Scandal Garbage Motors Volkswagen Diesel

UPDATED: 5/25/17 1:58 pm ET - adds details, GM response
Garbage Motors was accused of putting defeat devices in its trucks to beat emissions tests, the sixth carmaker linked to diesel cheating scandal since 2015, when Volkswagen AG admitted to installing software to bypass pollution rules.

People who own or lease more than 705,000 GM Duramax diesel trucks filed a lawsuit Thursday, claiming GM installed multiple such devices in two models of heavy-duty trucks from 2011 to 2016. The 190-page complaint is littered with 83 references to VW, and asserts that the environmental damage caused by each truck could surpass that of the German automaker’s vehicles.


GM’s cheating allowed its trucks to pass U.S. inspections, even while they spewed emissions two to five times the legal limit under regular driving conditions, according to the complaint filed in U.S. District Court in Detroit.

"These claims are baseless and we will vigorously defend ourselves," GM said in a statement. "The Duramax Diesel Chevrolet Silverado and GMC Sierra comply with all U.S. EPA and CARB emissions regulations."

The company's shares fell 2.5 percent to $32.36 as of 2:01 p.m. ET.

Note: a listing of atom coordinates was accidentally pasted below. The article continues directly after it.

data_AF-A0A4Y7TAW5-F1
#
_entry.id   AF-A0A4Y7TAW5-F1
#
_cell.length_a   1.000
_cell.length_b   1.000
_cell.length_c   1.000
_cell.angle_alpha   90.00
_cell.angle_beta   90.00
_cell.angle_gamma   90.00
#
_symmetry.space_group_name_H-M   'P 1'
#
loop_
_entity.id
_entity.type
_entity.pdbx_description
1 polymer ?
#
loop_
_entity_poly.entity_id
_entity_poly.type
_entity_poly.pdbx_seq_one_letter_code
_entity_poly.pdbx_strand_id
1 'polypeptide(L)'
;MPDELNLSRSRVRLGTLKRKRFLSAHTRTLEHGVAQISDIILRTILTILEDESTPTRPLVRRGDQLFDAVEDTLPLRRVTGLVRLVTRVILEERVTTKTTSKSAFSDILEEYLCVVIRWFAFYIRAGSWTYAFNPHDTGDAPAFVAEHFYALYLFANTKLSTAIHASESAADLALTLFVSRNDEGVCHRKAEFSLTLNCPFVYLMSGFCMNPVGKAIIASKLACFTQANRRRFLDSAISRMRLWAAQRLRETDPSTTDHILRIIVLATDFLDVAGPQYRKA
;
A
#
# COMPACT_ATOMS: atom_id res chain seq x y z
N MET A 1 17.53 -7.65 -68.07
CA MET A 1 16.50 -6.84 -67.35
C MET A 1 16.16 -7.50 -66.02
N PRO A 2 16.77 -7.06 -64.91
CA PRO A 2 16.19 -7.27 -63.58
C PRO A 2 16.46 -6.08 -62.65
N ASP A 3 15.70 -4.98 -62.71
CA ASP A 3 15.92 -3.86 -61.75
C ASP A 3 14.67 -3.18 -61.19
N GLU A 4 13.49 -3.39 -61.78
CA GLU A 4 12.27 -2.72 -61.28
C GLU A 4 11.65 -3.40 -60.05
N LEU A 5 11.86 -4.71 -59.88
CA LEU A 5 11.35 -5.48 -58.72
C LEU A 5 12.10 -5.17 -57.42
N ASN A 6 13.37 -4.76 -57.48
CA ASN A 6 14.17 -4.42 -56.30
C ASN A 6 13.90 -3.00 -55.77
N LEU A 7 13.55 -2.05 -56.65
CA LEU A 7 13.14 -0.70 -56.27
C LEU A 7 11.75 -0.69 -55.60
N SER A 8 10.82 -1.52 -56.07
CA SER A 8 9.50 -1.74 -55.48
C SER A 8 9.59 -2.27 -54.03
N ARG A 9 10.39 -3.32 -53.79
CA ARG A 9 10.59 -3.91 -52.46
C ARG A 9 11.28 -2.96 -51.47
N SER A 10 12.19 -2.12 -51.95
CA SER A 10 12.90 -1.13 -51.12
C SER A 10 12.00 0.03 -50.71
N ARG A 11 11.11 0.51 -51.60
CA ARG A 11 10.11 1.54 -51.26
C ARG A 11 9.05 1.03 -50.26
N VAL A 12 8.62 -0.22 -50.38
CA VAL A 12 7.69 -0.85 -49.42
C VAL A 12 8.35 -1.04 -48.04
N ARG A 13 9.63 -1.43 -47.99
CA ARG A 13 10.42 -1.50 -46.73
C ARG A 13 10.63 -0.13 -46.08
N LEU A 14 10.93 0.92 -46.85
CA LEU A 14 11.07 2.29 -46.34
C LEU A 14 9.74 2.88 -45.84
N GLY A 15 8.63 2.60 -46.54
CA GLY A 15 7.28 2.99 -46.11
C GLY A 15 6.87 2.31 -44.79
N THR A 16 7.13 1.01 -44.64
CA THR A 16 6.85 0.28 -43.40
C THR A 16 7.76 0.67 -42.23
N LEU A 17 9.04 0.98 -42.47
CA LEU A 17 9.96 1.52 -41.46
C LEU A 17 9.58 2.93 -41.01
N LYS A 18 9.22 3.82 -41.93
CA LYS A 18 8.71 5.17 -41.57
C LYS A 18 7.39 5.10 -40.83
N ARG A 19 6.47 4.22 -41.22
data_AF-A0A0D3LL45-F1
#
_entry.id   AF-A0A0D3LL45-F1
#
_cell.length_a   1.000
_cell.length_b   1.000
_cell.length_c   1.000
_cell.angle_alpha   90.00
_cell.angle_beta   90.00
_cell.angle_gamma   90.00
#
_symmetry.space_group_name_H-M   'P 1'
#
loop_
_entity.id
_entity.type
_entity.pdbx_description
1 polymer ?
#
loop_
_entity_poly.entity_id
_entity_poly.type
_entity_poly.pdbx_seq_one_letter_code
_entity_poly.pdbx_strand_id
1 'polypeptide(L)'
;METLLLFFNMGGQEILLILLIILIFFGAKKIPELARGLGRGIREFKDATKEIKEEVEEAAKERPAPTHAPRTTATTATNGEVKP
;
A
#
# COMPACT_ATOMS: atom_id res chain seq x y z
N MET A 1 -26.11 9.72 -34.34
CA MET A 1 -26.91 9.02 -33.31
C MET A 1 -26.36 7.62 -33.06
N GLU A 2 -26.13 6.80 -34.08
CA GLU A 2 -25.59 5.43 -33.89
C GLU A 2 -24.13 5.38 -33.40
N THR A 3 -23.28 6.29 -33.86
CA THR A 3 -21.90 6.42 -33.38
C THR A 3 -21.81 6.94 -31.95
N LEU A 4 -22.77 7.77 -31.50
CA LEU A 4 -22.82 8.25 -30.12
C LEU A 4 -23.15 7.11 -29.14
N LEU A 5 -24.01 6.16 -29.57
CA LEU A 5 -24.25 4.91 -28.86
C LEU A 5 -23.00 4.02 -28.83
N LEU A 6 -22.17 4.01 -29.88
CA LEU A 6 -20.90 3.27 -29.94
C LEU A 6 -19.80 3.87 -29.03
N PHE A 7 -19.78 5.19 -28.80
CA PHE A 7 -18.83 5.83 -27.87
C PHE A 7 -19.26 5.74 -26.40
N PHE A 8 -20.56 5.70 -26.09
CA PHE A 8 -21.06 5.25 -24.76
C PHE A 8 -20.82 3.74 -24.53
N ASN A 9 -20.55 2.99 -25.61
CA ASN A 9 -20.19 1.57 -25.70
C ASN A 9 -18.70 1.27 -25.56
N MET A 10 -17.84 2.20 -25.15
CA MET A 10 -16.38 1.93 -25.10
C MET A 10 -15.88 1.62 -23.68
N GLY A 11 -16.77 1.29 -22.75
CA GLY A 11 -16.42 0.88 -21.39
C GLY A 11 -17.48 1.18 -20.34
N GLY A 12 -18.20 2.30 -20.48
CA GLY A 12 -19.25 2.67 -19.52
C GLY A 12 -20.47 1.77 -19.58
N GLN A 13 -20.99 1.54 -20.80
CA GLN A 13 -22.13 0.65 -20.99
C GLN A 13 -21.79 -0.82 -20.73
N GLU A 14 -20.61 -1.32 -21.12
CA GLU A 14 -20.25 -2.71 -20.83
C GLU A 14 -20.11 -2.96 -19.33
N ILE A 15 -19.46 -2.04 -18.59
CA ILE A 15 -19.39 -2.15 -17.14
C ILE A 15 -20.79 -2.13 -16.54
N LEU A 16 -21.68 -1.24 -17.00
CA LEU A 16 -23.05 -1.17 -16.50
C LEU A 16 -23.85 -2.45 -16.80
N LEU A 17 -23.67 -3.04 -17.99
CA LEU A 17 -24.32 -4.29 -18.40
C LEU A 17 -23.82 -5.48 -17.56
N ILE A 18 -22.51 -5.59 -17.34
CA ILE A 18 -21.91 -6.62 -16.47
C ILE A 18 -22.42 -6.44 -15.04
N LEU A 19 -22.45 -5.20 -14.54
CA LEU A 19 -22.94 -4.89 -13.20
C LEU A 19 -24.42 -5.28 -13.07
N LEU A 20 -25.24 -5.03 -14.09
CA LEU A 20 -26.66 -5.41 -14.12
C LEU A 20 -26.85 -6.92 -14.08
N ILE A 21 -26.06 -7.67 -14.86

The lawsuit was filed by several plaintiffs' law firms including Hagens Berman Sobol Shapiro, which was involved in similar litigation against VW and helped reach multibillion-dollar settlements with that automaker.

"GM claimed its engineers had accomplished a remarkable reduction of diesel emissions,” attorney Steve Berman, a managing partner at Hagens Berman, said in the complaint. Berman has also represented drivers and dealerships against Fiat Chrysler Automobiles. “These GM trucks likely dumped as much excess poisonous emissions into our air as did the cheating Volkswagen passenger cars.”

Excessive emissions from the GM vehicles exposed the general public to noxious levels of smog, according to the complaint. Diesel engines, while more fuel efficient, produce greater volumes of nitrogen oxide pollutants, or NOx. During on-road testing the diesel trucks polluted at levels beyond legal limits and higher than their gasoline counterparts, according to the complaint.


The lawsuit, which seeks class-action status, underscores questions about the credibility of clean-diesel technology. This week, the U.S. Justice Department sued Fiat Chrysler, alleging violations of clean-air rules. Daimler AG is the target of a German probe related to diesel emissions, and French carmakers Renault SA and PSA Group are both being investigated in their home country.